Execusite introduced the first dynamic website solution for the professional marketplace in June 1997. Execusite was acquired by Website Pros (now Web.com) in January 2000. During the bust cycle of the Dot-com bubble, the original Execusite founders bought back the company from Website Pros (December 2000). Execusite was later acquired by Wolters-Kluwer in December 2001 and was re-branded as CCH Site Builder.
A program running on a web server (server-side scripting) is used to generate the web content on various web pages, manage user sessions, and control workflow. Server responses may be determined by such conditions as data in a posted HTML form, parameters in the URL, the type of browser being used, the passage of time, or a database or server state.
Dynamic web pages are often cached when there are few or no changes expected and the page is anticipated to receive considerable amount of web traffic that would create slow load times for the server if it had to generate the pages on the fly for each request.
Client-side scripting is changing interface behaviors within a specific web page in response to mouse or keyboard actions, or at specified timing events. In this case, the dynamic behavior occurs within the presentation. The client-side content is generated on the user's local computer system.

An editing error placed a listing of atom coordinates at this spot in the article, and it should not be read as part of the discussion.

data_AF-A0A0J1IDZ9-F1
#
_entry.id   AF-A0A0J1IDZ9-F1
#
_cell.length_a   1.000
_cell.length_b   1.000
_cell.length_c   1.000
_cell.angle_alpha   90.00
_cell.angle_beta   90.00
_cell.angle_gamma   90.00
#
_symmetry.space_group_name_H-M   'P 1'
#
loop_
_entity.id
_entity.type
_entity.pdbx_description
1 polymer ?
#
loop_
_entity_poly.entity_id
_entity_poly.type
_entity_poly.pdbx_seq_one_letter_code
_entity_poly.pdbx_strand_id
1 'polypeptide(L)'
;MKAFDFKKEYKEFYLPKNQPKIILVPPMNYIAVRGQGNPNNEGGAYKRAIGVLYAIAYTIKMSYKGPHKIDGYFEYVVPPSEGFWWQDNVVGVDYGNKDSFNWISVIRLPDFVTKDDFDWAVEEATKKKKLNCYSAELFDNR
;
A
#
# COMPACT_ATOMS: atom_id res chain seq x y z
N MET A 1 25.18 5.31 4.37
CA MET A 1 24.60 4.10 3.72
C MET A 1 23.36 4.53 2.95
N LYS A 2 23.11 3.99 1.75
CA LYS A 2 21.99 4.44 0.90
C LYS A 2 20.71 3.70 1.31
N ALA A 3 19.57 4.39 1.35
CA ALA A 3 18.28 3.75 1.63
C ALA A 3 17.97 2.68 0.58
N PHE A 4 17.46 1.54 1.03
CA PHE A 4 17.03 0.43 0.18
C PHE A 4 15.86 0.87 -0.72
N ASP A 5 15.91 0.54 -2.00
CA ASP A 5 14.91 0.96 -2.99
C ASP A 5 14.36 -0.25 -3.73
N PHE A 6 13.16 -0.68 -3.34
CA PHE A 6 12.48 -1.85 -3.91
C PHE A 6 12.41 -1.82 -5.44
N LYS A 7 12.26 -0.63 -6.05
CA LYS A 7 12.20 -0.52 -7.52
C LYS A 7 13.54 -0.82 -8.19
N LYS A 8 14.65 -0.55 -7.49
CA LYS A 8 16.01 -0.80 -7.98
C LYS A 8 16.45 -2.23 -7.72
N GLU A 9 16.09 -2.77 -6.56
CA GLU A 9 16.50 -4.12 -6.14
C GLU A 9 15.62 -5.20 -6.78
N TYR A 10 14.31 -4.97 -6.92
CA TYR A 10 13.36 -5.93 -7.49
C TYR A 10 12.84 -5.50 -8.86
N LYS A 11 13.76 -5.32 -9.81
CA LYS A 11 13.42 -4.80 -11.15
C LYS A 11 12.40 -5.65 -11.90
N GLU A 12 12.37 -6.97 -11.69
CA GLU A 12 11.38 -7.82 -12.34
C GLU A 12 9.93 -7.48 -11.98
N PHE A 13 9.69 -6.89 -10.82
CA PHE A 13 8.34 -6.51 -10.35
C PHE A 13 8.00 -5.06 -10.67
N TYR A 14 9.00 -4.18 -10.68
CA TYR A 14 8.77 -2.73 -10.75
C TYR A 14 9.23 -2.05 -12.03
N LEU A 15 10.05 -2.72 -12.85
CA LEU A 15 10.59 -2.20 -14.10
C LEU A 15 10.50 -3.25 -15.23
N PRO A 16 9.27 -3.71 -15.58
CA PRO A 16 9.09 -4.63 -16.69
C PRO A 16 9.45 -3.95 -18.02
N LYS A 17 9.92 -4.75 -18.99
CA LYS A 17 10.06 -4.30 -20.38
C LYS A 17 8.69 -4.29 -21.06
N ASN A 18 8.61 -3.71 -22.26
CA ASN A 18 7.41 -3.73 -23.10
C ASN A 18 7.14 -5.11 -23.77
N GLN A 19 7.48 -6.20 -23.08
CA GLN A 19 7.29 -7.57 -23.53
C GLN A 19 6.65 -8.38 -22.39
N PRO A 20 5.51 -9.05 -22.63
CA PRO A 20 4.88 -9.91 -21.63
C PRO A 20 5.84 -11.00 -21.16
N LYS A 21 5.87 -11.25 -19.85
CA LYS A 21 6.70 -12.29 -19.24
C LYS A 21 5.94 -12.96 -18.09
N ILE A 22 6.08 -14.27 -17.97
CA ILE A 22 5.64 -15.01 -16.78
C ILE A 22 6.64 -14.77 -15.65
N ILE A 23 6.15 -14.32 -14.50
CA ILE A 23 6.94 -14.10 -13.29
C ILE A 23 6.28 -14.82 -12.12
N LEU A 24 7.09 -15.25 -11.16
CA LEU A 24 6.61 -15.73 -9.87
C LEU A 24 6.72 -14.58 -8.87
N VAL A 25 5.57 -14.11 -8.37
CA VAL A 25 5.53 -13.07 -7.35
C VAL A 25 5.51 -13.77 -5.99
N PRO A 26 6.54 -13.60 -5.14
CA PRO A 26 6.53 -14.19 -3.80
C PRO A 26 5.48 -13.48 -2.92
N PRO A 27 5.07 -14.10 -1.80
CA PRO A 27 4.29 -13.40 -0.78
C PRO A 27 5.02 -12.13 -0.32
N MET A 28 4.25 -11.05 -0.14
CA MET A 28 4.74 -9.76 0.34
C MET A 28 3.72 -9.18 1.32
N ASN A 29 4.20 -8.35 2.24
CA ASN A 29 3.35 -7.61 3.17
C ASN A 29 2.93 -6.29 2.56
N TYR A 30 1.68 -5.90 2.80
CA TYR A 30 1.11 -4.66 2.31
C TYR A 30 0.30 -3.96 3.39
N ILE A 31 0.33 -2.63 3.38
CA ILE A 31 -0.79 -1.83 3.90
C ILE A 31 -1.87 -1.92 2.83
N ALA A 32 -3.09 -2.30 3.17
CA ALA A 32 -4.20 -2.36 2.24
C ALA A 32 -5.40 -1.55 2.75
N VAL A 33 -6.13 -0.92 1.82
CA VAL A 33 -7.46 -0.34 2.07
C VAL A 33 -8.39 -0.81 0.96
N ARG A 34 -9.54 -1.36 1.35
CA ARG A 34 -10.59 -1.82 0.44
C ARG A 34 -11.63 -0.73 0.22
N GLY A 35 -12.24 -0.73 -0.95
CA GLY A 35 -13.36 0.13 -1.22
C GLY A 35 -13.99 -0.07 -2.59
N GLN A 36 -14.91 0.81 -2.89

innerHTML property (or write command) can illustrate the client-side dynamic page generation: two distinct pages, A and B, can be regenerated (by an "event response dynamic") as
document.innerHTML = A and
document.innerHTML = B; or "on load dynamic" by
Ajax uses a combination of both client-side scripting and server-side requests. It is a web application development technique for dynamically interchanging content, and it sends requests to the server for data in order to do so. The server returns the requested data which is then processed by a client-side script. This technique can reduce server load time because the client does not request the entire webpage to be regenerated by the server's language parser; only the content that will change is transmitted. Google Maps is an example of a web application that uses Ajax techniques.
A web client, such as a web browser, can act as its own server, accessing data from many different servers, such as Gopher, FTP, NNTP (Usenet) and HTTP, to build a page. HTTP supports uploading documents from the client back to the server. There are several HTTP methods for doing this.
- Static web page
- Dynamic HTML
- Dynamic Cascading Style Sheets
- Responsive Web Design
- Deep Web (search indexing)
- Web template system
- solution stacks to serve dynamic web pages
- Content management system
- Web content management system
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- "The Information Revolution", J. R. Okin. ISBN 0-9763857-4-0. Ed. Ironbound Press, 2005. 350 pp.
- "Learning VBScript", P. Lomax. ISBN 1-56592-247-6. Ed. O'Reilly, 1997. sec. C13.